In the energy market on Friday, oil sagged, with crude for March delivery falling to close at $38.94/barrel, down 54 cents. March reformulated gasoline dropped 3 cents, to $1.07/gallon.
Yesterday marked the end of March as the front-month crude contract, and it went out with a whimper rather than a bang on a day that often features a great deal more volatility.
But the stock market turmoil proved more influential.
“Fears over a deteriorating global economic outlook sent equity markets tumbling in Asia and Europe, as investors shed riskier positions, with oil prices tracking them lower amid weakening demand concerns,” said Nimit Khamar, an analyst at Sucden Financial Research.
And, “Disappointing euro-zone PMI data highlighted remaining downside risks to growth this morning, and without a lasting stabilization in confidence, energy prices are likely to remain under pressure,” added analysts at Action Economics.
The base metals were all splashed with red on Friday. Copper cratered during the pre-dawn hours, and was still at its lows after the noon hour, but it staged a late rally that took it back to finish at $1.4519/lb., down only 2 cents. Nickel was down all day long, barely coming off its intraday low to close at $4.2502/lb., down more than 17 cents. Zinc fell in the pre-dawn hours, rallied into the afternoon, but then lost it all and ended at its intraday low of $0.4785/lb., down a penny and a half. Aluminum was also a daylong loser, giving up a penny and a third, to $0.5736/lb., while lead plummeted to $0.4553/lb., down 2 1/2 cents.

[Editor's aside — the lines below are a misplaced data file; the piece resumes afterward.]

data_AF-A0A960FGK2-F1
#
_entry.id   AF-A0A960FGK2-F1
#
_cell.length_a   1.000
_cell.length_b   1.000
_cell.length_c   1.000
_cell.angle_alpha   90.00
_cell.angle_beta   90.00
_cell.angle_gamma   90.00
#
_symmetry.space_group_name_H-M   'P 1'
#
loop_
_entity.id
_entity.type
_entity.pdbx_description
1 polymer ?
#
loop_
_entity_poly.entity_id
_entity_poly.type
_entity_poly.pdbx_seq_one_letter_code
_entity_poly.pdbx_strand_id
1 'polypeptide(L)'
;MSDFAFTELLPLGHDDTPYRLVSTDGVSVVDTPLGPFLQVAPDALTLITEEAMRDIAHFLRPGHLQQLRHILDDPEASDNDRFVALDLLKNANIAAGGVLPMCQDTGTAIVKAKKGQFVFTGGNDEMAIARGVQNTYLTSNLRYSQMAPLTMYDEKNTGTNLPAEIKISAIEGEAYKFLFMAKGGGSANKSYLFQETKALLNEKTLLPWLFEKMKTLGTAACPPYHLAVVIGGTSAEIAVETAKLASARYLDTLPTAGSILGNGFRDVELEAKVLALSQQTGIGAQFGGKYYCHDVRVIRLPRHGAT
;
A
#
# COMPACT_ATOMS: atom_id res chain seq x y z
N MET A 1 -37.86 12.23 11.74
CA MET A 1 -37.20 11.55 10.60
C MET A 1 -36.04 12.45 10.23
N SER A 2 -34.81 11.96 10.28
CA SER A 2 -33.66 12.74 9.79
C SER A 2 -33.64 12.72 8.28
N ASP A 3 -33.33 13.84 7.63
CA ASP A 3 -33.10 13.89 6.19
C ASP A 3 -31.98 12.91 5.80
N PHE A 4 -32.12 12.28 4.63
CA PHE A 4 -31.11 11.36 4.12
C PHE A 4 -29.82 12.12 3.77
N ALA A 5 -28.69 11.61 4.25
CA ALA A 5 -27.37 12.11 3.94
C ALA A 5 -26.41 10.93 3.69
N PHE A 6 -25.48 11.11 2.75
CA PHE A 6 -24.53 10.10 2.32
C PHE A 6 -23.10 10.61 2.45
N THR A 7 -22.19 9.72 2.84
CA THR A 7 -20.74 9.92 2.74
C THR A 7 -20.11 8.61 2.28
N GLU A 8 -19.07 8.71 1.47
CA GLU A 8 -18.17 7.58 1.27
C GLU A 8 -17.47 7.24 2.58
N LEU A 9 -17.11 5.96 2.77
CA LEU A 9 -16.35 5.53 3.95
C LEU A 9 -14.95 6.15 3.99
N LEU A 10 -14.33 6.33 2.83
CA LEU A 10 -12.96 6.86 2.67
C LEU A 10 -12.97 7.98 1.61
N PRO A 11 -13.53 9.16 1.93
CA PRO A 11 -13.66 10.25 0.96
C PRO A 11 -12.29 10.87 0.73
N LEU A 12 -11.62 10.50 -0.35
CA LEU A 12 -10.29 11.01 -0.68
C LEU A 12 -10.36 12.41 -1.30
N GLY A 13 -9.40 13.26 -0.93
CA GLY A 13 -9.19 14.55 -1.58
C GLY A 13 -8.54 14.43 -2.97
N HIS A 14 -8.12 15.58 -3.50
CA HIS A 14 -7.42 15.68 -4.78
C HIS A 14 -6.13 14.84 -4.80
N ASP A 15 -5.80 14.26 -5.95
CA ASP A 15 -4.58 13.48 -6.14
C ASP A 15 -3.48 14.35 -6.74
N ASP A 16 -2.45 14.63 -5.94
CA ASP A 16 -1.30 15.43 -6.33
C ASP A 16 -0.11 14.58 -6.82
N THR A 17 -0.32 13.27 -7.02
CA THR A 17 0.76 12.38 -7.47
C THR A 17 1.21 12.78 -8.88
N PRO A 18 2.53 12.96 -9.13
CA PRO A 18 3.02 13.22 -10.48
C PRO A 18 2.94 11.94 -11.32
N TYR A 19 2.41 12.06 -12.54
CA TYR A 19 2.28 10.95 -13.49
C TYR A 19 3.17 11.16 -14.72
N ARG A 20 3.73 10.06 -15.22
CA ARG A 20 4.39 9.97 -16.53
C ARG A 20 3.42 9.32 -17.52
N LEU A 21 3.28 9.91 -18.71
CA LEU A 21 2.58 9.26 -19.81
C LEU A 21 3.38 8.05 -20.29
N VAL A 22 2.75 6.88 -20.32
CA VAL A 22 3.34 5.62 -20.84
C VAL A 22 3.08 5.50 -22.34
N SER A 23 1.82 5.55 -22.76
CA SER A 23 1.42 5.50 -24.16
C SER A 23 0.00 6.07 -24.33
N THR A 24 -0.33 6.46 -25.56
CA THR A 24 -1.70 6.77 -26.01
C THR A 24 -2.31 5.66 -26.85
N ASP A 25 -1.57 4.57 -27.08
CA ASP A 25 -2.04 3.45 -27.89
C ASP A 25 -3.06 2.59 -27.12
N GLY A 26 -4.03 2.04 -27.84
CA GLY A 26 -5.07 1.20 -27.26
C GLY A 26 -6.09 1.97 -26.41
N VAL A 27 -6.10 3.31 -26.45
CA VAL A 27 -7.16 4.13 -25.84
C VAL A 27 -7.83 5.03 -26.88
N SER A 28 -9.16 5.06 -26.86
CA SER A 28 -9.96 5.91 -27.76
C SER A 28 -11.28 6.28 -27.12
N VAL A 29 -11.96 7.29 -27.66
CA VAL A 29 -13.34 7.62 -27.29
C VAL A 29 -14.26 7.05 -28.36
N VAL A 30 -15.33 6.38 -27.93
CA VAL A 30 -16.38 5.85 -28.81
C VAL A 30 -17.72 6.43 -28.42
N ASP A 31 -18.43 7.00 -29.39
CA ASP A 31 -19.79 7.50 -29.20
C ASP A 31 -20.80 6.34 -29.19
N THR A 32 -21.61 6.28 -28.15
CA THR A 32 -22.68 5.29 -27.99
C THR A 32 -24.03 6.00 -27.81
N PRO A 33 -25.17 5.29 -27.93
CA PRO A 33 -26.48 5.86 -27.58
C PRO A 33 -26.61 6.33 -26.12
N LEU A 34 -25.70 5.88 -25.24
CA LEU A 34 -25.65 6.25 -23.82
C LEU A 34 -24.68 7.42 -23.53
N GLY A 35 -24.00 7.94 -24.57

Copper posted another weekly decline, as skyrocketing stockpiles served as a stark indicator of global economic weakness.
Inventories monitored by the LME surged 17,350 metric tons yesterday, to 545,600 tons, a more than 5-year high.
The build in inventories “took some support away,” wrote Michael Widmer, an analyst at BNP Paribas in London. “In addition, purchasing managers in Europe were very weak. There are also concerns over economies in Eastern Europe.”
Norddeutsche Affinerie AG, Europe’s largest copper refiner, also alluded to the “unwillingness of investors and copper processors to take risks.” No surprise there, of course.
In Shanghai, copper inventories fell 11% from a week earlier to 30,105 metric tons. This was the first decline since mid-January, but back then stockpiles were just half the current level.
The International Copper Study Group said yesterday that the global copper market showed a supply surplus of 47,000 metric tons in November 2008, compared with a surplus of 38,000 tons in October.
The ICSG also reported that, for the first nine months of 2008, the market saw a production surplus of 147,000 metric tons, only slightly higher than the surplus of 143,000 tons during the same period of 2007. World refined copper usage in the first eleven months of 2008 increased by 2.6%, or 421,000 tons, year-over-year.
In company news, Brazilian mining giant Vale said on Thursday its net profit more than doubled in the fourth quarter as cost controls, production cuts and a weaker local currency helped it offset weaker demand for metals.
But miner Anglo American suspended its dividend for the first time since World War II and announced job cuts, saying it expects weakness in commodity prices to continue.
That’s what’s happening … have a great weekend and see you Tuesday!